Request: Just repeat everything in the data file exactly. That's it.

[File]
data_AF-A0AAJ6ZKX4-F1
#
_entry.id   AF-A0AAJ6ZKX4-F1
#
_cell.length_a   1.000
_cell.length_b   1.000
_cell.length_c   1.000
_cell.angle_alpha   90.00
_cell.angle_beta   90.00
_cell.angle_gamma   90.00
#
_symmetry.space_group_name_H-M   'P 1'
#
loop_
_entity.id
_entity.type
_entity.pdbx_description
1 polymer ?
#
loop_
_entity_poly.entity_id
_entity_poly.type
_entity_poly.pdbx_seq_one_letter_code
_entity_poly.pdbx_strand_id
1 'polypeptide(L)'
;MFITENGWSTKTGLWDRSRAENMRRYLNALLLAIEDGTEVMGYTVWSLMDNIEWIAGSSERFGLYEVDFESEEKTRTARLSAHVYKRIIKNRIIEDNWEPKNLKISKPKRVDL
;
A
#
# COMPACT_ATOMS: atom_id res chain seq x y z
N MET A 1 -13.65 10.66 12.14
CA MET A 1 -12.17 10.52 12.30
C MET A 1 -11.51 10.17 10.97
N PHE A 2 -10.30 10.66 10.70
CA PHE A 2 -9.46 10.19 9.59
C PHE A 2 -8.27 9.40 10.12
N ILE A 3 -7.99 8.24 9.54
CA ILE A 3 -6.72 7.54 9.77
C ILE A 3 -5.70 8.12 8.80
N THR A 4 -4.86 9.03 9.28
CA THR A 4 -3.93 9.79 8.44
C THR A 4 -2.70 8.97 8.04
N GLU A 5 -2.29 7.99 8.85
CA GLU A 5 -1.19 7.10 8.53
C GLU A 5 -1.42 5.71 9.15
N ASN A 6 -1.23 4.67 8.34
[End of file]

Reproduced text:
data_AF-A0AAJ6ZKX4-F1
#
_entry.id   AF-A0AAJ6ZKX4-F1
#
_cell.length_a   1.000
_cell.length_b   1.000
_cell.length_c   1.000
_cell.angle_alpha   90.00
_cell.angle_beta   90.00
_cell.angle_gamma   90.00
#
_symmetry.space_group_name_H-M   'P 1'
#
loop_
_entity.id
_entity.type
_entity.pdbx_description
1 polymer ?
#
loop_
_entity_poly.entity_id
_entity_poly.type
_entity_poly.pdbx_seq_one_letter_code
_entity_poly.pdbx_strand_id
1 'polypeptide(L)'
;MFITENGWSTKTGLWDRSRAENMRRYLNALLLAIEDGTEVMGYTVWSLMDNIEWIAGSSERFGLYEVDFESEEKTRTARLSAHVYKRIIKNRIIEDNWEPKNLKISKPKRVDL
;
A
#
# COMPACT_ATOMS: atom_id res chain seq x y z
N MET A 1 -13.65 10.66 12.14
CA MET A 1 -12.17 10.52 12.30
C MET A 1 -11.51 10.17 10.97
N PHE A 2 -10.30 10.66 10.70
CA PHE A 2 -9.46 10.19 9.59
C PHE A 2 -8.27 9.40 10.12
N ILE A 3 -7.99 8.24 9.54
CA ILE A 3 -6.72 7.54 9.77
C ILE A 3 -5.70 8.12 8.80
N THR A 4 -4.86 9.03 9.28
CA THR A 4 -3.93 9.79 8.44
C THR A 4 -2.70 8.97 8.04
N GLU A 5 -2.29 7.99 8.85
CA GLU A 5 -1.19 7.10 8.53
C GLU A 5 -1.42 5.71 9.15
N ASN A 6 -1.23 4.67 8.34